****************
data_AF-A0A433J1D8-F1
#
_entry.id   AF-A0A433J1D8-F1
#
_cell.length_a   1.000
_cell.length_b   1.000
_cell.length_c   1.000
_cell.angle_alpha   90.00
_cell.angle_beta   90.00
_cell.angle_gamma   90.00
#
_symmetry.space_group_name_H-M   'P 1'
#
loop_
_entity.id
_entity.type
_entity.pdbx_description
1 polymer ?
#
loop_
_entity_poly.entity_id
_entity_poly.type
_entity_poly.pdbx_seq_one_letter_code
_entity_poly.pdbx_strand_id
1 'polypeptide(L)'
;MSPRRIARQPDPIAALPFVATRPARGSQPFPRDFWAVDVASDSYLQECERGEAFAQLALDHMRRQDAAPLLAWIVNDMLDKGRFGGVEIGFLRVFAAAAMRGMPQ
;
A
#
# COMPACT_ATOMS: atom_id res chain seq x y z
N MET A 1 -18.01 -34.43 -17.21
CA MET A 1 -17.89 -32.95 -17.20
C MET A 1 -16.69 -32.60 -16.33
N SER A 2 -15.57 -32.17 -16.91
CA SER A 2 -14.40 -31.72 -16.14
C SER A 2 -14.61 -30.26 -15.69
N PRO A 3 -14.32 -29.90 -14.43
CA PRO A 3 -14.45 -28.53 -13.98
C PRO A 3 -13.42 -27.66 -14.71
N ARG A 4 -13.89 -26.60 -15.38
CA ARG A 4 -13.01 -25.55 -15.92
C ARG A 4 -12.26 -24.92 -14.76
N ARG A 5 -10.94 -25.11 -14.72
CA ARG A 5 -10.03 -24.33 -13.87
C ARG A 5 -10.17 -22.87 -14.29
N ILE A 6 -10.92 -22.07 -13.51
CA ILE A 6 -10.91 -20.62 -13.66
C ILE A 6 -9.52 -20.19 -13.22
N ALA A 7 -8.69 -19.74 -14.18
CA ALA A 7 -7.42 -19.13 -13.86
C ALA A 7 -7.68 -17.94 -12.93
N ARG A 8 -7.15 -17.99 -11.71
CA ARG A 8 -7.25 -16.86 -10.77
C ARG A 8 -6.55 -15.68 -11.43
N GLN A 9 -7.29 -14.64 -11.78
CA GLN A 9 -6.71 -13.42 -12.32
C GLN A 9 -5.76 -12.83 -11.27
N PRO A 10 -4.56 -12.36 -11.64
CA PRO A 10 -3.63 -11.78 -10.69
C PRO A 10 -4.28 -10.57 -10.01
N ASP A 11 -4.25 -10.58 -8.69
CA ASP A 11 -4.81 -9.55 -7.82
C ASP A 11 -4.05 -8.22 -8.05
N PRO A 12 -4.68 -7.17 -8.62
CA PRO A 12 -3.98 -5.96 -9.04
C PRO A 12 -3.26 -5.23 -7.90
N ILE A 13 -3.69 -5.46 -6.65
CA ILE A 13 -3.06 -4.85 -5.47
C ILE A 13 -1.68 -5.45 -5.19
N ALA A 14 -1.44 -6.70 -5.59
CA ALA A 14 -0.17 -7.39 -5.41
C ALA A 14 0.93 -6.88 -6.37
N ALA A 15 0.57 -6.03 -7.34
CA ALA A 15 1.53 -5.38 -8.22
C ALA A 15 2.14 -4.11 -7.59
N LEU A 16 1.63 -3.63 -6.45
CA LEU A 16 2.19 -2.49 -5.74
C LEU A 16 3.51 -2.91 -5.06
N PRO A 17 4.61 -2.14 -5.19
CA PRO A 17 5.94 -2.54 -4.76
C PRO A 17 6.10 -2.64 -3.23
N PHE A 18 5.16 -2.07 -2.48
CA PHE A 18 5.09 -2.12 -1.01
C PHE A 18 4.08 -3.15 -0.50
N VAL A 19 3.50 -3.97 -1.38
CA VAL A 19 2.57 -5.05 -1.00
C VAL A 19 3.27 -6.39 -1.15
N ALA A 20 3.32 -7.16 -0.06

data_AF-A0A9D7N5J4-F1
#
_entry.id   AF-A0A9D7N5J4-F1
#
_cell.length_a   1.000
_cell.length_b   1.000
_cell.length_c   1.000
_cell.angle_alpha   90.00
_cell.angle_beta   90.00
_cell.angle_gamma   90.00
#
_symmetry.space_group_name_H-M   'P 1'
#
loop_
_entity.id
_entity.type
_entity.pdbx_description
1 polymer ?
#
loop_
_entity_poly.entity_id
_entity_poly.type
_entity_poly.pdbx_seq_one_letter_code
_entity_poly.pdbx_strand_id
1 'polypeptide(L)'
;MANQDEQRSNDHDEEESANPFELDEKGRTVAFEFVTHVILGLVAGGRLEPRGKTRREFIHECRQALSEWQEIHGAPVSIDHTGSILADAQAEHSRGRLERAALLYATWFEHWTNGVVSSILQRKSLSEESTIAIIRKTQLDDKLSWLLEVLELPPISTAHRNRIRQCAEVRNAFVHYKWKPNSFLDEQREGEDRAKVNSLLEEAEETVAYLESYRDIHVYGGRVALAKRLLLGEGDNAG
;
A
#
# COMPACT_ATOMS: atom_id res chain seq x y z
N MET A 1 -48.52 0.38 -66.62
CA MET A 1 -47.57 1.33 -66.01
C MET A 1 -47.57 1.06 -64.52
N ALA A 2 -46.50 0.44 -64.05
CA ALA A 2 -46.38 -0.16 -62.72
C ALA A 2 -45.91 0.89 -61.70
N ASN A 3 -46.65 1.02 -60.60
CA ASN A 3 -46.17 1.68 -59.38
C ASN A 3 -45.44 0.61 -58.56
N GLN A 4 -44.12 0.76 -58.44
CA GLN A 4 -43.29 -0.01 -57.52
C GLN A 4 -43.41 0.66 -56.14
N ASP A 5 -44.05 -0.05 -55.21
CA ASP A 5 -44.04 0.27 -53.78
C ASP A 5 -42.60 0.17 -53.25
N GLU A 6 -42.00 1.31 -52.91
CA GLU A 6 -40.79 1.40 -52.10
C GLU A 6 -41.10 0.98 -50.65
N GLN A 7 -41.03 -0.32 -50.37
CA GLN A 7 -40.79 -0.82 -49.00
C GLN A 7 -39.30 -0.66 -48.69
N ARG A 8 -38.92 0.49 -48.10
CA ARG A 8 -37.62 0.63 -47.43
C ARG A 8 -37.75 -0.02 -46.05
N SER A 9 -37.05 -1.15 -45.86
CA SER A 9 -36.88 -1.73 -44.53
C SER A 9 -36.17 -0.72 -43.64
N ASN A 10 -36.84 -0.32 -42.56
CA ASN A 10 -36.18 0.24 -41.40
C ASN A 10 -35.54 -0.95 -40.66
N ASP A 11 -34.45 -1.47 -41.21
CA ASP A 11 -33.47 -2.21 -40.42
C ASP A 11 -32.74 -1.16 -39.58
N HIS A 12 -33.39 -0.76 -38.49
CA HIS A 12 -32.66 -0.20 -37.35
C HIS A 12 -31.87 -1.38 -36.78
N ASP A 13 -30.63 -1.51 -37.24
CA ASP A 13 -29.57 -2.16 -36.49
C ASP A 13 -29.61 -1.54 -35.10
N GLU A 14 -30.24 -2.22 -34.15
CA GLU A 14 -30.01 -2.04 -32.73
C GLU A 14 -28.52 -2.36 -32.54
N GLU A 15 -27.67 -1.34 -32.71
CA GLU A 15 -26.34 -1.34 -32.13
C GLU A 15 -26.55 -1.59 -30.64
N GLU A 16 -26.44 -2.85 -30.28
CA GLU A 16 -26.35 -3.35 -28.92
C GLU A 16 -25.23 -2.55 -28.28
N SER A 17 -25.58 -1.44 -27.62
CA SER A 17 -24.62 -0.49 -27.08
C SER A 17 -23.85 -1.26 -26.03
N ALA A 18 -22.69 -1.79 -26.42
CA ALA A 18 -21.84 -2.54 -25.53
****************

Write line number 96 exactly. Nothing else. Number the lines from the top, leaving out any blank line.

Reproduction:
_cell.angle_alpha   90.00